Setting Standards of Corporate Governance: The Polish Experience of Drafting Governance Codes
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Corporate governance codes have recently been adopted by most of the European markets. Stock markets in Eastern Central Europe, with their weak governance mechanisms and practices, are trying to follow suit. However, drafting such codes may be a much more challenging task in this part of Europe than elsewhere, due to the existence of powerful interest groups and an underdeveloped corporate environment (immature institutional investors, ineffective shareholder activism and a lack of government interest in corporate governance).
This paper provides some insights into various governance problems related to the drafting of a ‘private’ corporate governance code for Polish listed corporations. In particular, it focuses on supervisory boards and explains how they should be structured to gain credibility without clashing with blockholder interests. This paper argues that the soft proposition (i.e. independent members should account for less than half the members of supervisory boards) can bring about more far-reaching results, as it takes account of real market conditions. Regrettably, the strong proposition, which is employed in the official code of the Warsaw Stock Exchange, may produce fewer benefits or even fail under the criticism of blockholders.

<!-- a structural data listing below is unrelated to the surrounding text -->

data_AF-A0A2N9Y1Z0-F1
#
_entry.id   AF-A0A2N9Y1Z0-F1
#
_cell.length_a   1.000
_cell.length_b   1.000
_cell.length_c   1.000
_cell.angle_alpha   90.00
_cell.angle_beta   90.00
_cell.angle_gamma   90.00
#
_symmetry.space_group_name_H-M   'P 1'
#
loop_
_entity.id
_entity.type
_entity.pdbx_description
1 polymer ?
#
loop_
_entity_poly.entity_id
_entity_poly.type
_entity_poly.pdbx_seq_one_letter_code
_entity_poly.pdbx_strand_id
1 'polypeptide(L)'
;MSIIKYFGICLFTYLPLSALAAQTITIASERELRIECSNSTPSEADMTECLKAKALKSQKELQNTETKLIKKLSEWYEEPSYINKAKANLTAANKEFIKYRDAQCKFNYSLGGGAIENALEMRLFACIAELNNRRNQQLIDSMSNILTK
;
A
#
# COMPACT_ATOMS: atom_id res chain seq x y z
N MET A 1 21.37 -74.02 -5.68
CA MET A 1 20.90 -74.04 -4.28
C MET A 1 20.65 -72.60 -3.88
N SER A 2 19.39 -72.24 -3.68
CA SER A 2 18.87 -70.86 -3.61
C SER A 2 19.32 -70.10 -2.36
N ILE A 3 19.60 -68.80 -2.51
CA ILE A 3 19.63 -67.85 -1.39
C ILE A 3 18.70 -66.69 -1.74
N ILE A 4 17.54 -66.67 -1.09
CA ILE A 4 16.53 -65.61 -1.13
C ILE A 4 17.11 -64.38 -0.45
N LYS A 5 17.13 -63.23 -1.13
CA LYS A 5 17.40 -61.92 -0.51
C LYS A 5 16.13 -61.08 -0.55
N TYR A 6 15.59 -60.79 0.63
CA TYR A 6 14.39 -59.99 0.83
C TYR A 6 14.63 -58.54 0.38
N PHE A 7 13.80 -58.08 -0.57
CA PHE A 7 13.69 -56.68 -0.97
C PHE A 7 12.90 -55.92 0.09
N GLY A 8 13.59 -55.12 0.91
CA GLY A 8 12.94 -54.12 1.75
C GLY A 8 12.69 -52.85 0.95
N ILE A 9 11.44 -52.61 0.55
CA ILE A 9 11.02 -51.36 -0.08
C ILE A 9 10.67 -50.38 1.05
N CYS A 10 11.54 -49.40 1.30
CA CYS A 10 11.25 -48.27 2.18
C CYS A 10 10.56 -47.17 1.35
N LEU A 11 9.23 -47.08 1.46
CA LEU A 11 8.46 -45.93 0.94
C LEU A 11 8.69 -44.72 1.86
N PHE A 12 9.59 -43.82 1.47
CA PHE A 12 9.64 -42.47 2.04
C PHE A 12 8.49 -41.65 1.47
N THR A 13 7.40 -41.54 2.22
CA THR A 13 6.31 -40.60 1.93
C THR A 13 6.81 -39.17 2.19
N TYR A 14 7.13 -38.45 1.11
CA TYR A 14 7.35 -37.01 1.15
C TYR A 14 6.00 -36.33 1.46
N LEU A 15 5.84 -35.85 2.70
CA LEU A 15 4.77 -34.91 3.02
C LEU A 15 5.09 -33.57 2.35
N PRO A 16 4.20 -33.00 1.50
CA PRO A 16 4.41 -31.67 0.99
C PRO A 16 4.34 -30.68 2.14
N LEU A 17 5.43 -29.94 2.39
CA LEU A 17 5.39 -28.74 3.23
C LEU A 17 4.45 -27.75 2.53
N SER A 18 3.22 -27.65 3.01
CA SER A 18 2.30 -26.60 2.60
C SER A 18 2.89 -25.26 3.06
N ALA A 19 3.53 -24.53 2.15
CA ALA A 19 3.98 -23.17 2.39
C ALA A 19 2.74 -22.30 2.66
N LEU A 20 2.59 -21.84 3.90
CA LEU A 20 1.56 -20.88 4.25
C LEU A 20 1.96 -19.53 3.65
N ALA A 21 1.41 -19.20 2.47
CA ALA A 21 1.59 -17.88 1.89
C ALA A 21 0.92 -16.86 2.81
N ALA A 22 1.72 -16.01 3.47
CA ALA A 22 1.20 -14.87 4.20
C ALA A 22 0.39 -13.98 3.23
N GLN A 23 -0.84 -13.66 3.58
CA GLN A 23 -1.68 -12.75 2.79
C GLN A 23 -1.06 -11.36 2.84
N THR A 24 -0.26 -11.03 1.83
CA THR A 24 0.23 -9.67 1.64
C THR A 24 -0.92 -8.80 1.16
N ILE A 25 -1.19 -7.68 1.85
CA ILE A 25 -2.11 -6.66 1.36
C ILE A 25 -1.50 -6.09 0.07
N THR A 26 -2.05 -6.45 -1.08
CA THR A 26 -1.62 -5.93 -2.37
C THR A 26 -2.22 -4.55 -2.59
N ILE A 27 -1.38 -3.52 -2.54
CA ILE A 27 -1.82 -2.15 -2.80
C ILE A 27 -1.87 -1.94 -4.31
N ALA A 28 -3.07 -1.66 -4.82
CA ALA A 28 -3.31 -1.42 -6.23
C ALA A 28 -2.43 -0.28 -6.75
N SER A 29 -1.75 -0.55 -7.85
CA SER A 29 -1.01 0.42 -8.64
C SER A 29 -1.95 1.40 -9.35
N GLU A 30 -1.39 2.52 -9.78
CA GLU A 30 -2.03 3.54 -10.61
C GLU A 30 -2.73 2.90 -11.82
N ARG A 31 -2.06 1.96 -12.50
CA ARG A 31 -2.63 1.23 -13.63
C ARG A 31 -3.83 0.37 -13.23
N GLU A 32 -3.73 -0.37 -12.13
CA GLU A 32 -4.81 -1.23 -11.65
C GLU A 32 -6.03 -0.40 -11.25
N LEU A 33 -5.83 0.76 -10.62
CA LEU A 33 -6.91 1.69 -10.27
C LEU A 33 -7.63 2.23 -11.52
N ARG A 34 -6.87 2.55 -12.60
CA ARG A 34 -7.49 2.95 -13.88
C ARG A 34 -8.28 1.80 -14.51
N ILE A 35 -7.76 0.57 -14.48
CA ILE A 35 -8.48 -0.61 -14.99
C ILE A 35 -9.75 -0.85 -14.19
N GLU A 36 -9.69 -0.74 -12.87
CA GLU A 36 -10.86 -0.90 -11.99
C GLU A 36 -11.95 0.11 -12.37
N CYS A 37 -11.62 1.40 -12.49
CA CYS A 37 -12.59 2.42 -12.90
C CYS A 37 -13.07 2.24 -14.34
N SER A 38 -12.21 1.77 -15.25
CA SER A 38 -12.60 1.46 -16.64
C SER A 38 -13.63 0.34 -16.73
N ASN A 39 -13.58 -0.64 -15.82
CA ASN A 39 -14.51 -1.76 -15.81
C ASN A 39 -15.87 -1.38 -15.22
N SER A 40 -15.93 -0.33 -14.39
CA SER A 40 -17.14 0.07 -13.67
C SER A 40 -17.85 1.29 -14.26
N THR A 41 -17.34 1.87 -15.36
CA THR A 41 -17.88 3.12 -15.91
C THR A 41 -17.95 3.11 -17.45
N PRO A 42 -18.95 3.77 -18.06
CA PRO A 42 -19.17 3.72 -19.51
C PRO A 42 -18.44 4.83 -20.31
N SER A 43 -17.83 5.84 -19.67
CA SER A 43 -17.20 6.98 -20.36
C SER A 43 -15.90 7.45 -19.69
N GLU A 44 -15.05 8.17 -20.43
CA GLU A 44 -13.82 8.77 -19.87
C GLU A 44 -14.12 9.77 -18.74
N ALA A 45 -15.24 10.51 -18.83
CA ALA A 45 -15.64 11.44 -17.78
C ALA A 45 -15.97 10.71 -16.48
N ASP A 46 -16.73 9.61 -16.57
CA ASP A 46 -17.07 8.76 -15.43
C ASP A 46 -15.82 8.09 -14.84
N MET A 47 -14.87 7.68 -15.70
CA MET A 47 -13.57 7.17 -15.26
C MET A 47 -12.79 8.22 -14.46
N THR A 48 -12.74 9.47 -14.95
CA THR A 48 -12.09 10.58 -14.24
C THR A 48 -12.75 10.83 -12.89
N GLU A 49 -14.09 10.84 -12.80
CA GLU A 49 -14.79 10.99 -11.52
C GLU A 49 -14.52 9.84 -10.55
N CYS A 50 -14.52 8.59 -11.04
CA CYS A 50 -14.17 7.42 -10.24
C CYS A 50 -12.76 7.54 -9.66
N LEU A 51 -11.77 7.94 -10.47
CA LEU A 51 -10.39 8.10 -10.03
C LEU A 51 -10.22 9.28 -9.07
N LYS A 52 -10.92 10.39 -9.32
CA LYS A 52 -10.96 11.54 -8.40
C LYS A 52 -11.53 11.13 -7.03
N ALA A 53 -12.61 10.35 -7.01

Polish corporate governance dilemmas are common to most of Eastern Central Europe. The solutions presented in this paper may therefore also be useful to code drafters in other countries. This paper strongly advocates that there should be the establishment of an open market for codes that allows companies to choose the best and most suitable governance arrangements. NGOs could play an important role in such a market by stimulating competition, establishing benchmarks and enforcing mechanisms like ratings.
KeywordsCorporate Governance Minority Shareholder Supervisory Board Shareholder Activism Corporate Governance Code
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